Notes from SambaXP 2010

Friday, June 11, 2010

Hello, I’m Jeremy Allison, a Google engineer in the Open Source Programs Office and a Samba Team member. I recently returned from SambaXP, the annual Samba Team coding bash and get-together in Göttingen, Germany, held from May 5th - 7th. There were several notable outcomes from the conference, which I’ll share here.

We launched the new look for the web site at the conference, refreshing the Samba web site with a 21st Century design.

We listened to many presentations, had lots of meetings, and drank fine German beer. I gave a presentation on "How to make a product with Samba," (PDF of slides) aimed at helping companies use Samba in commercial products.

The Microsoft engineers who are working on the SMB (Server Message Block) and SMB2 file-sharing network protocols are Samba Team friends and they returned to the conference this year - in fact, Tom Talpey from Microsoft announced a new project to design UNIX extensions for the SMB2 protocol.

The Samba Team is still making great strides on the next release of Samba, Samba4. Samba creator Dr. Andrew Tridgell from IBM (just to be formal for once... everyone still just calls him "tridge") demonstrated two-way replication between a Microsoft Active Directory domain and a Samba4 Domain. There is still much work to be done on the AD domain controller code, but there is starting to be light visible at the end of the tunnel in getting to a "stable" 4.0 release. Maybe by SambaXP next year there will be an exciting new announcement on this subject.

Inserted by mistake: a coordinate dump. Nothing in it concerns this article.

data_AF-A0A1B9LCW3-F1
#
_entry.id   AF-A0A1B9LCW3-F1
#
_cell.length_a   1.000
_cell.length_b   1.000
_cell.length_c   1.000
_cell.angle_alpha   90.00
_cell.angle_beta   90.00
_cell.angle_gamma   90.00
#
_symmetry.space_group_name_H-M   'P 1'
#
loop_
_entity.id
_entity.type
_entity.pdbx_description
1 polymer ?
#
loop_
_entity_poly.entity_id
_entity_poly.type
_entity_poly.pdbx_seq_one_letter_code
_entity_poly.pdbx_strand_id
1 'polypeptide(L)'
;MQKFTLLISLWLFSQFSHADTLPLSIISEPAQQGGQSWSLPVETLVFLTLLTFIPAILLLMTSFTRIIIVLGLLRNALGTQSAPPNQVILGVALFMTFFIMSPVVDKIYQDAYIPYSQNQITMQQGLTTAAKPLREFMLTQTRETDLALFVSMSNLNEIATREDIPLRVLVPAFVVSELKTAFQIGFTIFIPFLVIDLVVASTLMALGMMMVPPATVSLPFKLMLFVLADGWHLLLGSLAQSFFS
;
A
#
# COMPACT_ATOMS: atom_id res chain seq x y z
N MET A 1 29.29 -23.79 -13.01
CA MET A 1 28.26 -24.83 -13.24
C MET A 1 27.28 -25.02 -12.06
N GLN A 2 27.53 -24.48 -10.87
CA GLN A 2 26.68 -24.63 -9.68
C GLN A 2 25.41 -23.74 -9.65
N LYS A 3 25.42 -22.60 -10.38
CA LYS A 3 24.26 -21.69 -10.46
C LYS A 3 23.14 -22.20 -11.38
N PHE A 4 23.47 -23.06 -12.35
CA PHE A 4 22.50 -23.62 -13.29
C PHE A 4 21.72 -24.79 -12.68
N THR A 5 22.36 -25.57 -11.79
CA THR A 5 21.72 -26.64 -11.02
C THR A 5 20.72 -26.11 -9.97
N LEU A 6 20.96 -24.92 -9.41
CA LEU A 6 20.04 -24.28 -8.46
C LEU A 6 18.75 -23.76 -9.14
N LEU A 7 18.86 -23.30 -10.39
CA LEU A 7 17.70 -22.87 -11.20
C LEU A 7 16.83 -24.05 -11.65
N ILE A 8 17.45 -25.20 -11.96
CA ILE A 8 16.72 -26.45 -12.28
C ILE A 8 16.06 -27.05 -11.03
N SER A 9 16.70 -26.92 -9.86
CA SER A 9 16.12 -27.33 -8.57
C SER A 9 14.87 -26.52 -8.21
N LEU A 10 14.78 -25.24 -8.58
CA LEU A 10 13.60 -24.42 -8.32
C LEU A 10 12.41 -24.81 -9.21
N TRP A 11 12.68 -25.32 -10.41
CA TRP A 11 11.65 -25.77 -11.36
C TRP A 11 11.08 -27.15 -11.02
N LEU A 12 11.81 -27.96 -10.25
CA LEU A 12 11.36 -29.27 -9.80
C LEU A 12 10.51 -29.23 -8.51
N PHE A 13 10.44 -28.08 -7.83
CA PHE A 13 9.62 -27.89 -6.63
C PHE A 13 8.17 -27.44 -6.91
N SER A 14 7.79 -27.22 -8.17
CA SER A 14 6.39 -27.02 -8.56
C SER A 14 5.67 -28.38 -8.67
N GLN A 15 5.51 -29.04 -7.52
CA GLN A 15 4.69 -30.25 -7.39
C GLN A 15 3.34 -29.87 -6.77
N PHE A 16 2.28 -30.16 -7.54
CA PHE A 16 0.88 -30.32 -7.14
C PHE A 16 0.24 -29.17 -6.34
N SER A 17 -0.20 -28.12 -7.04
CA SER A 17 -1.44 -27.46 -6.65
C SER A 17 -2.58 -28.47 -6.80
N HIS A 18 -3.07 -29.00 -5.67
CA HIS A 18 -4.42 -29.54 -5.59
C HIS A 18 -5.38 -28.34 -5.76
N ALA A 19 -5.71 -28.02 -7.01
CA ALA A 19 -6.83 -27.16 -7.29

After consultations with Original Equipment Manufacturers (OEMs) and Linux distributions, the Samba Team decided to move to a nine month period between major Samba releases instead of the previous six month release cycle. The strain of keeping to the six monthly cycle was too great on the release process, and nine months should give a better balance between having time for feature development and time for testing of the Samba production release code.

Plans for the merging of the existing file server (smbd) and authentication daemon code (winbindd) with the Active Directory code (samba) were made, and tridge demonstrated Samba4 printing for the first time.

Günther Deschner from Red Hat won the "Code Janitor of the Year" award yet again, for his clean up of the old printing code, and was only just beaten to the post as the top code commit contributor into Samba by Stefan "the Machine" Metzmacher from SerNet.

John Terpstra of Primastasys announced the clean up of the support page as part of the new look for the web site. John will be ensuring all companies offering Samba support on the site are kept up to date for users to contact.

Thanks to Google for sponsoring the event, and SerNet for hosting. The slides from all the presentations are available here. If you didn't go, you were missed - and you should certainly make an effort to be there next year!

By Jeremy Allison, Open Source Team